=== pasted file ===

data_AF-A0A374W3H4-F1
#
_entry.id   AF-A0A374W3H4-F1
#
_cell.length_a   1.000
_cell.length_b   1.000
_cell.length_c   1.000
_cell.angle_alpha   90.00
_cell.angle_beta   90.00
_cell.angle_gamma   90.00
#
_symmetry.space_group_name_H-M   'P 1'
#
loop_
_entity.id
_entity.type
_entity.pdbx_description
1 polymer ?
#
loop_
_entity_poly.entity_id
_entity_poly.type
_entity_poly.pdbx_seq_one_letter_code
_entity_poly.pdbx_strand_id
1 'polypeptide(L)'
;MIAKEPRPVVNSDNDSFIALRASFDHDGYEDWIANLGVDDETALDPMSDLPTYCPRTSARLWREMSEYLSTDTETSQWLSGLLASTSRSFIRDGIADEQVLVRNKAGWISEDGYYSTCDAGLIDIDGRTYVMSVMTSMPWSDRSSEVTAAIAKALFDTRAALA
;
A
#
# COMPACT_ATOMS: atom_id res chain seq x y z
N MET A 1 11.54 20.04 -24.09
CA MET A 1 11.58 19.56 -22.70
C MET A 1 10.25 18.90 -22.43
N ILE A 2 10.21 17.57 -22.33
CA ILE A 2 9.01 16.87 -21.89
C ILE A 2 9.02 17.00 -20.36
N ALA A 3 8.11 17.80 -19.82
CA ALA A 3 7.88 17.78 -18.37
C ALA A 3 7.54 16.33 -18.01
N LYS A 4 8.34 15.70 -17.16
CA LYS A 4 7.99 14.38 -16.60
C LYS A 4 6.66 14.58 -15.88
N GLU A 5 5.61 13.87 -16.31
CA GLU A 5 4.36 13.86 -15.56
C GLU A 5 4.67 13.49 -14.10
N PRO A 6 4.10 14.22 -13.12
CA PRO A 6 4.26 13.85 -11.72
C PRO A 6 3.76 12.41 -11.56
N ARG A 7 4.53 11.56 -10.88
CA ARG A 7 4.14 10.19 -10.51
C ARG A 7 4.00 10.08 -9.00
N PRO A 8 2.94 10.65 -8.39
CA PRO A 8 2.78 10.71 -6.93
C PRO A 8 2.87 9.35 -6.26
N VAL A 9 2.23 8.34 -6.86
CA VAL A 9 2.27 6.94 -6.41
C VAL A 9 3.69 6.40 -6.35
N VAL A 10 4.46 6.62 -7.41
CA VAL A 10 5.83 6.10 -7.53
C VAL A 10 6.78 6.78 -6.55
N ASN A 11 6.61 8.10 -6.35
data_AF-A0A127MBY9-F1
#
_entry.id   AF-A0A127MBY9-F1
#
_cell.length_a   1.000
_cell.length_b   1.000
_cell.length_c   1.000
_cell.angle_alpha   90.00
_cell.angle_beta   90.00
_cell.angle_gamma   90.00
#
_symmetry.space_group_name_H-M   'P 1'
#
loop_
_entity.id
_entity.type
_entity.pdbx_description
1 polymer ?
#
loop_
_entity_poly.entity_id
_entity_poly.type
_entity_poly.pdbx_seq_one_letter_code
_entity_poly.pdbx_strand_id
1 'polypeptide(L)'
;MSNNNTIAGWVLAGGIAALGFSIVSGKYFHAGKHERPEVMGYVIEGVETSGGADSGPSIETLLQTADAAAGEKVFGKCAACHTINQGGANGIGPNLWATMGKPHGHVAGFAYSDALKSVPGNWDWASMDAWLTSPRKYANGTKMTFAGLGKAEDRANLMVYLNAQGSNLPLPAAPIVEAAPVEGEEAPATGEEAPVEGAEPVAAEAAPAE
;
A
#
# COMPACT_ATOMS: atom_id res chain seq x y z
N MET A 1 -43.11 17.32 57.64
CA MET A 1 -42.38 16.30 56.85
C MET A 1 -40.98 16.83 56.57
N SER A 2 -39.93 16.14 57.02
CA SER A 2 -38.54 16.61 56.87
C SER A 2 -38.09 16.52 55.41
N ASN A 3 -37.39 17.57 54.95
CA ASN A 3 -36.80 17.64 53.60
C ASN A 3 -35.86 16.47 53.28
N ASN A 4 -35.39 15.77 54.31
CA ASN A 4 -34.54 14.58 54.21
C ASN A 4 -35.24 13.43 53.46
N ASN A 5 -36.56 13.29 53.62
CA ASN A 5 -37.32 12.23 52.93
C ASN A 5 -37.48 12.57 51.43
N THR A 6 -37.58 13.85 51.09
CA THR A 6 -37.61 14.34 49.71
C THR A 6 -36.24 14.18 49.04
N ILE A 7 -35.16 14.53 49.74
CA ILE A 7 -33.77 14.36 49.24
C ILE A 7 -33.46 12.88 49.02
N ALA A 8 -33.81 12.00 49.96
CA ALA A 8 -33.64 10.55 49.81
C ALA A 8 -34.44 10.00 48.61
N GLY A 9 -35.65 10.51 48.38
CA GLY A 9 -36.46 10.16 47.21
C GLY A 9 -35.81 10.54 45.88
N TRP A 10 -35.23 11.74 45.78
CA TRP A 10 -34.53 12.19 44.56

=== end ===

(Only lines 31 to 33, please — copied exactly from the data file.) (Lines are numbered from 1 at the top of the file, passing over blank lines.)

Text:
N MET A 1 11.54 20.04 -24.09
CA MET A 1 11.58 19.56 -22.70
C MET A 1 10.25 18.90 -22.43